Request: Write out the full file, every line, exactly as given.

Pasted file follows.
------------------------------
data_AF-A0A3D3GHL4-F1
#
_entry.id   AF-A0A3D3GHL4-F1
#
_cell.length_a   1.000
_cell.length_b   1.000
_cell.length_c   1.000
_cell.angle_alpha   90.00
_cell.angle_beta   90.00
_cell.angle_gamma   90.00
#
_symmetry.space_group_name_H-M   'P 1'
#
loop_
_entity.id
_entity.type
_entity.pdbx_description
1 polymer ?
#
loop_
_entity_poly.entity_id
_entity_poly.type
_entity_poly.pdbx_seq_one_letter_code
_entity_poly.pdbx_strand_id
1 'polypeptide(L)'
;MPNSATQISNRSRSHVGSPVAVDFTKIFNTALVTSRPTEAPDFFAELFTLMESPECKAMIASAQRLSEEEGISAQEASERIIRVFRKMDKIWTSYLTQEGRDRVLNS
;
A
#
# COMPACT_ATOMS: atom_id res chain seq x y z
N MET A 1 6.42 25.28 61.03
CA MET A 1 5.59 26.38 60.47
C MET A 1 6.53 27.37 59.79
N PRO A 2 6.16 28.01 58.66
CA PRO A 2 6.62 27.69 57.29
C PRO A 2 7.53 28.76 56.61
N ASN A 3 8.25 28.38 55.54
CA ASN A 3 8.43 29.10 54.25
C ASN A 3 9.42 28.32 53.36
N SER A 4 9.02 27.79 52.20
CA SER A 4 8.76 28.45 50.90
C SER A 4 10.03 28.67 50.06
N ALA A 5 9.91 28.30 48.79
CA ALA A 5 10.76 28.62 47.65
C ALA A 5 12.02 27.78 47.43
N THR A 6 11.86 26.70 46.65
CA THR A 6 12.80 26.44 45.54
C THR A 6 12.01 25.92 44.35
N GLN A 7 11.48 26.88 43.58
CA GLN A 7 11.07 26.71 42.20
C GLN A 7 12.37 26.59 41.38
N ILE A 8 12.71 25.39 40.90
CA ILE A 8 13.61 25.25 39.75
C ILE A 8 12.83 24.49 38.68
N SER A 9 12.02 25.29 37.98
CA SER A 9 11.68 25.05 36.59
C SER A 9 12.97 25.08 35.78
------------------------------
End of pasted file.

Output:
data_AF-A0A3D3GHL4-F1
#
_entry.id   AF-A0A3D3GHL4-F1
#
_cell.length_a   1.000
_cell.length_b   1.000
_cell.length_c   1.000
_cell.angle_alpha   90.00
_cell.angle_beta   90.00
_cell.angle_gamma   90.00
#
_symmetry.space_group_name_H-M   'P 1'
#
loop_
_entity.id
_entity.type
_entity.pdbx_description
1 polymer ?
#
loop_
_entity_poly.entity_id
_entity_poly.type
_entity_poly.pdbx_seq_one_letter_code
_entity_poly.pdbx_strand_id
1 'polypeptide(L)'
;MPNSATQISNRSRSHVGSPVAVDFTKIFNTALVTSRPTEAPDFFAELFTLMESPECKAMIASAQRLSEEEGISAQEASERIIRVFRKMDKIWTSYLTQEGRDRVLNS
;
A
#
# COMPACT_ATOMS: atom_id res chain seq x y z
N MET A 1 6.42 25.28 61.03
CA MET A 1 5.59 26.38 60.47
C MET A 1 6.53 27.37 59.79
N PRO A 2 6.16 28.01 58.66
CA PRO A 2 6.62 27.69 57.29
C PRO A 2 7.53 28.76 56.61
N ASN A 3 8.25 28.38 55.54
CA ASN A 3 8.43 29.10 54.25
C ASN A 3 9.42 28.32 53.36
N SER A 4 9.02 27.79 52.20
CA SER A 4 8.76 28.45 50.90
C SER A 4 10.03 28.67 50.06
N ALA A 5 9.91 28.30 48.79
CA ALA A 5 10.76 28.62 47.65
C ALA A 5 12.02 27.78 47.43
N THR A 6 11.86 26.70 46.65
CA THR A 6 12.80 26.44 45.54
C THR A 6 12.01 25.92 44.35
N GLN A 7 11.48 26.88 43.58
CA GLN A 7 11.07 26.71 42.20
C GLN A 7 12.37 26.59 41.38
N ILE A 8 12.71 25.39 40.90
CA ILE A 8 13.61 25.25 39.75
C ILE A 8 12.83 24.49 38.68
N SER A 9 12.02 25.29 37.98
CA SER A 9 11.68 25.05 36.59
C SER A 9 12.97 25.08 35.78